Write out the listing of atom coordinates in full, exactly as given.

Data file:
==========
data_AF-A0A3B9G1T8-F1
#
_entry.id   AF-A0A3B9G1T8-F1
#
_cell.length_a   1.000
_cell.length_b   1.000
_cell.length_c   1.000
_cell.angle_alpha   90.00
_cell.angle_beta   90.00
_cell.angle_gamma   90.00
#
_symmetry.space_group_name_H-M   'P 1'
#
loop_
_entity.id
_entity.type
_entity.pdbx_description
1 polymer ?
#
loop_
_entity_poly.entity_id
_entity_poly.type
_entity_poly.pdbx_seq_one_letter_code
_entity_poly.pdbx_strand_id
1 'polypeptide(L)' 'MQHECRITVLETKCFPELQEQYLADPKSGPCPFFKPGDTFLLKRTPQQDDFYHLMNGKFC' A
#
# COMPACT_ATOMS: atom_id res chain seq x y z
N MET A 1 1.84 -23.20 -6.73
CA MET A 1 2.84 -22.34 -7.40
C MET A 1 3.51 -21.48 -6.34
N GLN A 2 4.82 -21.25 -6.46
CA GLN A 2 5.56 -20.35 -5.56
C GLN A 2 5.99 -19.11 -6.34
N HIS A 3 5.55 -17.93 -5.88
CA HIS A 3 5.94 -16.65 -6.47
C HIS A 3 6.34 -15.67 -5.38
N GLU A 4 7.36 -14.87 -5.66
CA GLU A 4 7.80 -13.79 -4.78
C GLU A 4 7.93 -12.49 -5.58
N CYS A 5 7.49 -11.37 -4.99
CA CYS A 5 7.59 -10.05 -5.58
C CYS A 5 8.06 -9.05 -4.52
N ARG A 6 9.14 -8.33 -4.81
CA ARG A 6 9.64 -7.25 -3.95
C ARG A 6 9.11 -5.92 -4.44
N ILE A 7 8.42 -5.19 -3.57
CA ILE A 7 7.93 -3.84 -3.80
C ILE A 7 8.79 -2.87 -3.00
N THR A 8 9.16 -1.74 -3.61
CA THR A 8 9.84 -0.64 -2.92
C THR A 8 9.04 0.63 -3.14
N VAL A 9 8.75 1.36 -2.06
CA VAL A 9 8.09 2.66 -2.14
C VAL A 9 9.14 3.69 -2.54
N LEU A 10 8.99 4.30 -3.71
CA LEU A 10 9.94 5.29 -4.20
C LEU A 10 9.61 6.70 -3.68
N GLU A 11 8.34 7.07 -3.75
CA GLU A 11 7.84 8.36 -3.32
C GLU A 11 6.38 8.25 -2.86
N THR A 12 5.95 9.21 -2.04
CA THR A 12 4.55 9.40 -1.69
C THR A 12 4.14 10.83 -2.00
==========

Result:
data_AF-A0A3B9G1T8-F1
#
_entry.id   AF-A0A3B9G1T8-F1
#
_cell.length_a   1.000
_cell.length_b   1.000
_cell.length_c   1.000
_cell.angle_alpha   90.00
_cell.angle_beta   90.00
_cell.angle_gamma   90.00
#
_symmetry.space_group_name_H-M   'P 1'
#
loop_
_entity.id
_entity.type
_entity.pdbx_description
1 polymer ?
#
loop_
_entity_poly.entity_id
_entity_poly.type
_entity_poly.pdbx_seq_one_letter_code
_entity_poly.pdbx_strand_id
1 'polypeptide(L)' 'MQHECRITVLETKCFPELQEQYLADPKSGPCPFFKPGDTFLLKRTPQQDDFYHLMNGKFC' A
#
# COMPACT_ATOMS: atom_id res chain seq x y z
N MET A 1 1.84 -23.20 -6.73
CA MET A 1 2.84 -22.34 -7.40
C MET A 1 3.51 -21.48 -6.34
N GLN A 2 4.82 -21.25 -6.46
CA GLN A 2 5.56 -20.35 -5.56
C GLN A 2 5.99 -19.11 -6.34
N HIS A 3 5.55 -17.93 -5.88
CA HIS A 3 5.94 -16.65 -6.47
C HIS A 3 6.34 -15.67 -5.38
N GLU A 4 7.36 -14.87 -5.66
CA GLU A 4 7.80 -13.79 -4.78
C GLU A 4 7.93 -12.49 -5.58
N CYS A 5 7.49 -11.37 -4.99
CA CYS A 5 7.59 -10.05 -5.58
C CYS A 5 8.06 -9.05 -4.52
N ARG A 6 9.14 -8.33 -4.81
CA ARG A 6 9.64 -7.25 -3.95
C ARG A 6 9.11 -5.92 -4.44
N ILE A 7 8.42 -5.19 -3.57
CA ILE A 7 7.93 -3.84 -3.80
C ILE A 7 8.79 -2.87 -3.00
N THR A 8 9.16 -1.74 -3.61
CA THR A 8 9.84 -0.64 -2.92
C THR A 8 9.04 0.63 -3.14
N VAL A 9 8.75 1.36 -2.06
CA VAL A 9 8.09 2.66 -2.14
C VAL A 9 9.14 3.69 -2.54
N LEU A 10 8.99 4.30 -3.71
CA LEU A 10 9.94 5.29 -4.20
C LEU A 10 9.61 6.70 -3.68
N GLU A 11 8.34 7.07 -3.75
CA GLU A 11 7.84 8.36 -3.32
C GLU A 11 6.38 8.25 -2.86
N THR A 12 5.95 9.21 -2.04
CA THR A 12 4.55 9.40 -1.69
C THR A 12 4.14 10.83 -2.00